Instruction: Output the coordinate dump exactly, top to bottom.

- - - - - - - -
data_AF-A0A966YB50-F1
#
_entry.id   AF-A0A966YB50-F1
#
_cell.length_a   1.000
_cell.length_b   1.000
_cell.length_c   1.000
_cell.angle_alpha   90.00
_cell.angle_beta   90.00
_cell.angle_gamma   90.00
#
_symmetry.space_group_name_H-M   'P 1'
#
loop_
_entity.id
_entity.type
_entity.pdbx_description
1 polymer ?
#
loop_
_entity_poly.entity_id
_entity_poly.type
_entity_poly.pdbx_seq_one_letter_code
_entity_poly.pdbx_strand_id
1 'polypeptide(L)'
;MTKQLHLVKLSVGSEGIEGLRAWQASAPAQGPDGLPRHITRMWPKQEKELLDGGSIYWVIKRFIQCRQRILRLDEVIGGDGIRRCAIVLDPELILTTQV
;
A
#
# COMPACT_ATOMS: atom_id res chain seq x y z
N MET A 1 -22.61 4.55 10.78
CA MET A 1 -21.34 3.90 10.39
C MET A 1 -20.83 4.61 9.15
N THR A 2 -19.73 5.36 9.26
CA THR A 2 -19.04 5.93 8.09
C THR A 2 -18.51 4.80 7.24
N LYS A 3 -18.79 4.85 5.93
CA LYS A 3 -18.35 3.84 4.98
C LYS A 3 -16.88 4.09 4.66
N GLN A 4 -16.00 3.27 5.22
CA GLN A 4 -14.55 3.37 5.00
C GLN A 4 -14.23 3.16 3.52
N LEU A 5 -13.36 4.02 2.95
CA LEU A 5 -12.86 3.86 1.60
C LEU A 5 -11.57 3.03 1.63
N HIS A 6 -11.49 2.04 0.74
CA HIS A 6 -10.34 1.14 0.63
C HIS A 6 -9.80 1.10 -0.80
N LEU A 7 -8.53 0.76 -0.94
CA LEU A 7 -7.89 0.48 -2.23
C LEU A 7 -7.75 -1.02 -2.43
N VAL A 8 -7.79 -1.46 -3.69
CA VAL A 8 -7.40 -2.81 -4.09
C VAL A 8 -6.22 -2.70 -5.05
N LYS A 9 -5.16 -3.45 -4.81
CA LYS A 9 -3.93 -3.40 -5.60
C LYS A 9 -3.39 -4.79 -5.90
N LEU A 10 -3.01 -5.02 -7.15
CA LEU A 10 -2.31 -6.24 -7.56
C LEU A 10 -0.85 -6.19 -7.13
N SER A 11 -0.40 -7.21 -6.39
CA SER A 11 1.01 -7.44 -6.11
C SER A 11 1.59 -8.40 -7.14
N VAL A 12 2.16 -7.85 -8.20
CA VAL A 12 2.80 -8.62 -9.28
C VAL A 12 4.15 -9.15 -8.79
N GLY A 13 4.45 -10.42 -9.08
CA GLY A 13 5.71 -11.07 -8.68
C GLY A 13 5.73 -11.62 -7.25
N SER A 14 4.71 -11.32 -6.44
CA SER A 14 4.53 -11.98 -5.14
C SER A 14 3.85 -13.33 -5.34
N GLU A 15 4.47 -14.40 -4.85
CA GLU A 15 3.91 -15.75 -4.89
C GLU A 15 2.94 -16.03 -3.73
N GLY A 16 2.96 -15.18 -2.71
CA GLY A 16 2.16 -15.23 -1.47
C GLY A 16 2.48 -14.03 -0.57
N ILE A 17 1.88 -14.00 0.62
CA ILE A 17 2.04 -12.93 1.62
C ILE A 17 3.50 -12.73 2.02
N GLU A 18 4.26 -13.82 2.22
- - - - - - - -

data_AF-A0A966YB50-F1
#
_entry.id   AF-A0A966YB50-F1
#
_cell.length_a   1.000
_cell.length_b   1.000
_cell.length_c   1.000
_cell.angle_alpha   90.00
_cell.angle_beta   90.00
_cell.angle_gamma   90.00
#
_symmetry.space_group_name_H-M   'P 1'
#
loop_
_entity.id
_entity.type
_entity.pdbx_description
1 polymer ?
#
loop_
_entity_poly.entity_id
_entity_poly.type
_entity_poly.pdbx_seq_one_letter_code
_entity_poly.pdbx_strand_id
1 'polypeptide(L)'
;MTKQLHLVKLSVGSEGIEGLRAWQASAPAQGPDGLPRHITRMWPKQEKELLDGGSIYWVIKRFIQCRQRILRLDEVIGGDGIRRCAIVLDPELILTTQV
;
A
#
# COMPACT_ATOMS: atom_id res chain seq x y z
N MET A 1 -22.61 4.55 10.78
CA MET A 1 -21.34 3.90 10.39
C MET A 1 -20.83 4.61 9.15
N THR A 2 -19.73 5.36 9.26
CA THR A 2 -19.04 5.93 8.09
C THR A 2 -18.51 4.80 7.24
N LYS A 3 -18.79 4.85 5.93
CA LYS A 3 -18.35 3.84 4.98
C LYS A 3 -16.88 4.09 4.66
N GLN A 4 -16.00 3.27 5.22
CA GLN A 4 -14.55 3.37 5.00
C GLN A 4 -14.23 3.16 3.52
N LEU A 5 -13.36 4.02 2.95
CA LEU A 5 -12.86 3.86 1.60
C LEU A 5 -11.57 3.03 1.63
N HIS A 6 -11.49 2.04 0.74
CA HIS A 6 -10.34 1.14 0.63
C HIS A 6 -9.80 1.10 -0.80
N LEU A 7 -8.53 0.76 -0.94
CA LEU A 7 -7.89 0.48 -2.23
C LEU A 7 -7.75 -1.02 -2.43
N VAL A 8 -7.79 -1.46 -3.69
CA VAL A 8 -7.40 -2.81 -4.09
C VAL A 8 -6.22 -2.70 -5.05
N LYS A 9 -5.16 -3.45 -4.81
CA LYS A 9 -3.93 -3.40 -5.60
C LYS A 9 -3.39 -4.79 -5.90
N LEU A 10 -3.01 -5.02 -7.15
CA LEU A 10 -2.31 -6.24 -7.56
C LEU A 10 -0.85 -6.19 -7.13
N SER A 11 -0.40 -7.21 -6.39
CA SER A 11 1.01 -7.44 -6.11
C SER A 11 1.59 -8.40 -7.14
N VAL A 12 2.16 -7.85 -8.20
CA VAL A 12 2.80 -8.62 -9.28
C VAL A 12 4.15 -9.15 -8.79
N GLY A 13 4.45 -10.42 -9.08
CA GLY A 13 5.71 -11.07 -8.68
C GLY A 13 5.73 -11.62 -7.25
N SER A 14 4.71 -11.32 -6.44
CA SER A 14 4.53 -11.98 -5.14
C SER A 14 3.85 -13.33 -5.34
N GLU A 15 4.47 -14.40 -4.85
CA GLU A 15 3.91 -15.75 -4.89
C GLU A 15 2.94 -16.03 -3.73
N GLY A 16 2.96 -15.18 -2.71
CA GLY A 16 2.16 -15.23 -1.47
C GLY A 16 2.48 -14.03 -0.57
N ILE A 17 1.88 -14.00 0.62
CA ILE A 17 2.04 -12.93 1.62
C ILE A 17 3.50 -12.73 2.02
N GLU A 18 4.26 -13.82 2.22